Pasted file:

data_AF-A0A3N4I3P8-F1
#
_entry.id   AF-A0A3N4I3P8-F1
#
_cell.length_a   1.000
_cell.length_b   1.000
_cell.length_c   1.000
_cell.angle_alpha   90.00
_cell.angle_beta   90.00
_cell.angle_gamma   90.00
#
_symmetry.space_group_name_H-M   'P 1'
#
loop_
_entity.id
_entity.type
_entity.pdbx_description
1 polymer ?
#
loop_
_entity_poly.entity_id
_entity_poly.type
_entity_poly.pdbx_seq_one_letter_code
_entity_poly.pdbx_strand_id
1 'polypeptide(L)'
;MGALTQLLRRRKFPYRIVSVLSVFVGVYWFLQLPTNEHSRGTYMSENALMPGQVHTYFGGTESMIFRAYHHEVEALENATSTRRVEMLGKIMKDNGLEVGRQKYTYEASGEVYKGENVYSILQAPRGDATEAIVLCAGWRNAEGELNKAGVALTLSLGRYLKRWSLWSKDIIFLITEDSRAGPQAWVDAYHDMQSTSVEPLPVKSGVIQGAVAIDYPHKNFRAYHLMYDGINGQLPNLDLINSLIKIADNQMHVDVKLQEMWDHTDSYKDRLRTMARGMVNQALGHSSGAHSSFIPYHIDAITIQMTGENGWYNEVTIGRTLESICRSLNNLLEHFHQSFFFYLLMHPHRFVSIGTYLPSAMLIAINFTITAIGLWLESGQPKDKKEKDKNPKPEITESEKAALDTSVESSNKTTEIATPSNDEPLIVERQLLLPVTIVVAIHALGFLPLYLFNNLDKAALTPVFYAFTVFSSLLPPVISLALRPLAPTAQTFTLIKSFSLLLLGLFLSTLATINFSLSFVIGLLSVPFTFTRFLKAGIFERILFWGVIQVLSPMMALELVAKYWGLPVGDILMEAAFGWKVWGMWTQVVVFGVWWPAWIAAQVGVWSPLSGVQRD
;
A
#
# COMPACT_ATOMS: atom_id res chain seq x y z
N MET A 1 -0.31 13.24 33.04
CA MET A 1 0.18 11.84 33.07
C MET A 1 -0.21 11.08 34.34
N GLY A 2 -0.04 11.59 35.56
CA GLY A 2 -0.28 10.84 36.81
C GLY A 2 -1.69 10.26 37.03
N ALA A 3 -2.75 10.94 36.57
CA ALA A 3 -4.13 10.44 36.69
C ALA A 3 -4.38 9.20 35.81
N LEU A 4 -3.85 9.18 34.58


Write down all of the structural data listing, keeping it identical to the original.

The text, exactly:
data_AF-A0A3N4I3P8-F1
#
_entry.id   AF-A0A3N4I3P8-F1
#
_cell.length_a   1.000
_cell.length_b   1.000
_cell.length_c   1.000
_cell.angle_alpha   90.00
_cell.angle_beta   90.00
_cell.angle_gamma   90.00
#
_symmetry.space_group_name_H-M   'P 1'
#
loop_
_entity.id
_entity.type
_entity.pdbx_description
1 polymer ?
#
loop_
_entity_poly.entity_id
_entity_poly.type
_entity_poly.pdbx_seq_one_letter_code
_entity_poly.pdbx_strand_id
1 'polypeptide(L)'
;MGALTQLLRRRKFPYRIVSVLSVFVGVYWFLQLPTNEHSRGTYMSENALMPGQVHTYFGGTESMIFRAYHHEVEALENATSTRRVEMLGKIMKDNGLEVGRQKYTYEASGEVYKGENVYSILQAPRGDATEAIVLCAGWRNAEGELNKAGVALTLSLGRYLKRWSLWSKDIIFLITEDSRAGPQAWVDAYHDMQSTSVEPLPVKSGVIQGAVAIDYPHKNFRAYHLMYDGINGQLPNLDLINSLIKIADNQMHVDVKLQEMWDHTDSYKDRLRTMARGMVNQALGHSSGAHSSFIPYHIDAITIQMTGENGWYNEVTIGRTLESICRSLNNLLEHFHQSFFFYLLMHPHRFVSIGTYLPSAMLIAINFTITAIGLWLESGQPKDKKEKDKNPKPEITESEKAALDTSVESSNKTTEIATPSNDEPLIVERQLLLPVTIVVAIHALGFLPLYLFNNLDKAALTPVFYAFTVFSSLLPPVISLALRPLAPTAQTFTLIKSFSLLLLGLFLSTLATINFSLSFVIGLLSVPFTFTRFLKAGIFERILFWGVIQVLSPMMALELVAKYWGLPVGDILMEAAFGWKVWGMWTQVVVFGVWWPAWIAAQVGVWSPLSGVQRD
;
A
#
# COMPACT_ATOMS: atom_id res chain seq x y z
N MET A 1 -0.31 13.24 33.04
CA MET A 1 0.18 11.84 33.07
C MET A 1 -0.21 11.08 34.34
N GLY A 2 -0.04 11.59 35.56
CA GLY A 2 -0.28 10.84 36.81
C GLY A 2 -1.69 10.26 37.03
N ALA A 3 -2.75 10.94 36.57
CA ALA A 3 -4.13 10.44 36.69
C ALA A 3 -4.38 9.20 35.81
N LEU A 4 -3.85 9.18 34.58